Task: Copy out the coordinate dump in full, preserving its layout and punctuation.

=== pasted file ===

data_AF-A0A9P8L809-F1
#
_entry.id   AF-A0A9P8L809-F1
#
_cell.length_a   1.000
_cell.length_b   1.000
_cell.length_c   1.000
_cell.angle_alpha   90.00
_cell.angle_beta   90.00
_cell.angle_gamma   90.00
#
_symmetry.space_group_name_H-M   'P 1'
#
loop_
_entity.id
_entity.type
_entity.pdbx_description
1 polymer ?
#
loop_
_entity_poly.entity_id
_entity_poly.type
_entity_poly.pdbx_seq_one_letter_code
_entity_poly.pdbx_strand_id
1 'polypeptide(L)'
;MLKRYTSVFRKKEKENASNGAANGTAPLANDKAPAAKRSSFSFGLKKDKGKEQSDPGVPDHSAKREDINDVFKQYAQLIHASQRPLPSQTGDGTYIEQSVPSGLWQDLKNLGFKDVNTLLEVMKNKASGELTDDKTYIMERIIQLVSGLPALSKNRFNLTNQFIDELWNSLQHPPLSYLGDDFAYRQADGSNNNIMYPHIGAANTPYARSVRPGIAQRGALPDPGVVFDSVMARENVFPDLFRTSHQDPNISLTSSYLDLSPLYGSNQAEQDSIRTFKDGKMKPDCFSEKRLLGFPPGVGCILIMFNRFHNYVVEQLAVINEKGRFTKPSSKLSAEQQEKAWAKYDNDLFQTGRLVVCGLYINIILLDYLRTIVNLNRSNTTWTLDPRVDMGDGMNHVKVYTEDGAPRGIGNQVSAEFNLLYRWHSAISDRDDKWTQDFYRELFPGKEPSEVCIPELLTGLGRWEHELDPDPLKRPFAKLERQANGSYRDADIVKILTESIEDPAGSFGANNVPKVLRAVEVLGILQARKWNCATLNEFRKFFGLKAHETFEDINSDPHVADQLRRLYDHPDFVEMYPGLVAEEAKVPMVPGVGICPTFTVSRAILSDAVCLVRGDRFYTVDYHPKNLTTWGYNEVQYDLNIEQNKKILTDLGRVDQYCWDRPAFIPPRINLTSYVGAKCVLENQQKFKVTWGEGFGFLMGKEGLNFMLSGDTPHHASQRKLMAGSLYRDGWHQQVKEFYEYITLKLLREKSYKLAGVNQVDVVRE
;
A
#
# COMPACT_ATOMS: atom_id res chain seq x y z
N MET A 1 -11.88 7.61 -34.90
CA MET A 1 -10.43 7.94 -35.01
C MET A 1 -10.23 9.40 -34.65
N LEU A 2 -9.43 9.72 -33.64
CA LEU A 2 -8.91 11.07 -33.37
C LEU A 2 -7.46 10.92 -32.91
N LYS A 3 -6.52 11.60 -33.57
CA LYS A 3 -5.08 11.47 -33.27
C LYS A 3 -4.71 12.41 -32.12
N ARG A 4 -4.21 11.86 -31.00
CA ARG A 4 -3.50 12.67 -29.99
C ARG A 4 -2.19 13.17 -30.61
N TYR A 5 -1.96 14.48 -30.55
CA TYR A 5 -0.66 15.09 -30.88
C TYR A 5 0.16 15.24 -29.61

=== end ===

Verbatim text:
data_AF-A0A9P8L809-F1
#
_entry.id   AF-A0A9P8L809-F1
#
_cell.length_a   1.000
_cell.length_b   1.000
_cell.length_c   1.000
_cell.angle_alpha   90.00
_cell.angle_beta   90.00
_cell.angle_gamma   90.00
#
_symmetry.space_group_name_H-M   'P 1'
#
loop_
_entity.id
_entity.type
_entity.pdbx_description
1 polymer ?
#
loop_
_entity_poly.entity_id
_entity_poly.type
_entity_poly.pdbx_seq_one_letter_code
_entity_poly.pdbx_strand_id
1 'polypeptide(L)'
;MLKRYTSVFRKKEKENASNGAANGTAPLANDKAPAAKRSSFSFGLKKDKGKEQSDPGVPDHSAKREDINDVFKQYAQLIHASQRPLPSQTGDGTYIEQSVPSGLWQDLKNLGFKDVNTLLEVMKNKASGELTDDKTYIMERIIQLVSGLPALSKNRFNLTNQFIDELWNSLQHPPLSYLGDDFAYRQADGSNNNIMYPHIGAANTPYARSVRPGIAQRGALPDPGVVFDSVMARENVFPDLFRTSHQDPNISLTSSYLDLSPLYGSNQAEQDSIRTFKDGKMKPDCFSEKRLLGFPPGVGCILIMFNRFHNYVVEQLAVINEKGRFTKPSSKLSAEQQEKAWAKYDNDLFQTGRLVVCGLYINIILLDYLRTIVNLNRSNTTWTLDPRVDMGDGMNHVKVYTEDGAPRGIGNQVSAEFNLLYRWHSAISDRDDKWTQDFYRELFPGKEPSEVCIPELLTGLGRWEHELDPDPLKRPFAKLERQANGSYRDADIVKILTESIEDPAGSFGANNVPKVLRAVEVLGILQARKWNCATLNEFRKFFGLKAHETFEDINSDPHVADQLRRLYDHPDFVEMYPGLVAEEAKVPMVPGVGICPTFTVSRAILSDAVCLVRGDRFYTVDYHPKNLTTWGYNEVQYDLNIEQNKKILTDLGRVDQYCWDRPAFIPPRINLTSYVGAKCVLENQQKFKVTWGEGFGFLMGKEGLNFMLSGDTPHHASQRKLMAGSLYRDGWHQQVKEFYEYITLKLLREKSYKLAGVNQVDVVRE
;
A
#
# COMPACT_ATOMS: atom_id res chain seq x y z
N MET A 1 -11.88 7.61 -34.90
CA MET A 1 -10.43 7.94 -35.01
C MET A 1 -10.23 9.40 -34.65
N LEU A 2 -9.43 9.72 -33.64
CA LEU A 2 -8.91 11.07 -33.37
C LEU A 2 -7.46 10.92 -32.91
N LYS A 3 -6.52 11.60 -33.57
CA LYS A 3 -5.08 11.47 -33.27
C LYS A 3 -4.71 12.41 -32.12
N ARG A 4 -4.21 11.86 -31.00
CA ARG A 4 -3.50 12.67 -29.99
C ARG A 4 -2.19 13.17 -30.61
N TYR A 5 -1.96 14.48 -30.55
CA TYR A 5 -0.66 15.09 -30.88
C TYR A 5 0.16 15.24 -29.61